The Goulding’s conducted business with the local Navajo people, who traded hand-crafted items like rugs and jewelry in exchange for food and other goods. After living and working in tents for several years. Harry and Mike constructed a permanent building, which currently houses the Goulding’s Trading Post Museum.
When the Great Depression hit in the 1930’s, the Navajo Reservation suffered immensely. Harry heard of a movie production company scouting for locations to film in the Southwest. He believed that bringing a movie production to Monument Valley would help the local Navajos with much needed income.
Harry and Mike set out on a journey to Hollywood, California with their last $60. By luck and perseverance, Harry met the famous director John Ford. When Ford saw Harry’s photos of Monument Valley, he knew it was the perfect location for his next movie. The Goulding’s received an advanced payment, and in a few days John Ford and his crew began filming “Stagecoach”, starring John Wayne.
Over the years, the Goulding’s continued to host movie crews, photographers, artists, and tourists. They built lodge rooms and a dining facility to accommodate their guests. Since then, Goulding’s Lodge has expanded to host thousands of visitors from all over the world who come to see Monument Valley.
Harry and Mike Goulding retired after Knox College of Illinois took over the Trading Post and Lodge in 1962. The Goulding’s moved to Arizona, where Harry fell into poor health. In 1981, the LaFont family bought the property, the same year that Harry passed away. Mike later returned to her home in Monument Valley where she spent her final days, passing away in 1992.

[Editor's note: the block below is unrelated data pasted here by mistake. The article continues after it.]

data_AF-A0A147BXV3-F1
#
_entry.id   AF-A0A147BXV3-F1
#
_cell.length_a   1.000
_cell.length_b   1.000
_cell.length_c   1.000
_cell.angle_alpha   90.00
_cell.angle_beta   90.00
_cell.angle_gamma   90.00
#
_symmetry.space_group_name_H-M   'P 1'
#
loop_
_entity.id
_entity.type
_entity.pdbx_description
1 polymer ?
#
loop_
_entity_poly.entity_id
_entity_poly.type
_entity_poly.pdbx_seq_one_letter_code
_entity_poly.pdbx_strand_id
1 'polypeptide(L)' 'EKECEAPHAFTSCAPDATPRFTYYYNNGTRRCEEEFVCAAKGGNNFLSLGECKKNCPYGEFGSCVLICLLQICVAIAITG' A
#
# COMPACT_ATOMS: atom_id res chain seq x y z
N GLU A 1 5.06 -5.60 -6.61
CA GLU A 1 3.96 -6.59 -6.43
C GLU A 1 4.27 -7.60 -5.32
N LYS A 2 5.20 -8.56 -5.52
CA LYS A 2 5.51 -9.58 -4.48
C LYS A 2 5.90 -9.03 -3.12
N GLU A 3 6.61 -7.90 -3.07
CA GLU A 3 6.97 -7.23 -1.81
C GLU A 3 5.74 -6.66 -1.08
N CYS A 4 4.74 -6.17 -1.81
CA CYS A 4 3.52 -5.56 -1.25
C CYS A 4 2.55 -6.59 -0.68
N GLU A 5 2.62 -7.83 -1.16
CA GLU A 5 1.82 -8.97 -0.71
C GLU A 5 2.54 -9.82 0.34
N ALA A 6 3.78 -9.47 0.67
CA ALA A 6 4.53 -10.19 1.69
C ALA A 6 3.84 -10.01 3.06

Thanks to Harry and Mike’s pioneering spirit, Monument Valley has become an icon of the American West and people from all over the world can appreciate its amazing beauty."
Anyway, THIS is the hillside family suite we stayed in. So close to the mountains and the view from the porch is expansive - the ENTIRE valley with the Mittens!
And this is the cool truck that took us on our full day-8 hour tour. Gouldings has lots of different tour options but we decided to spring for the full day and we were so glad we did. There is a ton to see and do in Monument Valley but very little of it is accessible without a Navajo guide so you really just have to swallow the cost and go for it on this one.
We stopped often on this tour to explore and learn about this beautiful area.
These little kids had the best time running up and down the sandstone. But the best part was often at the top, there was some sort of native ruin still standing!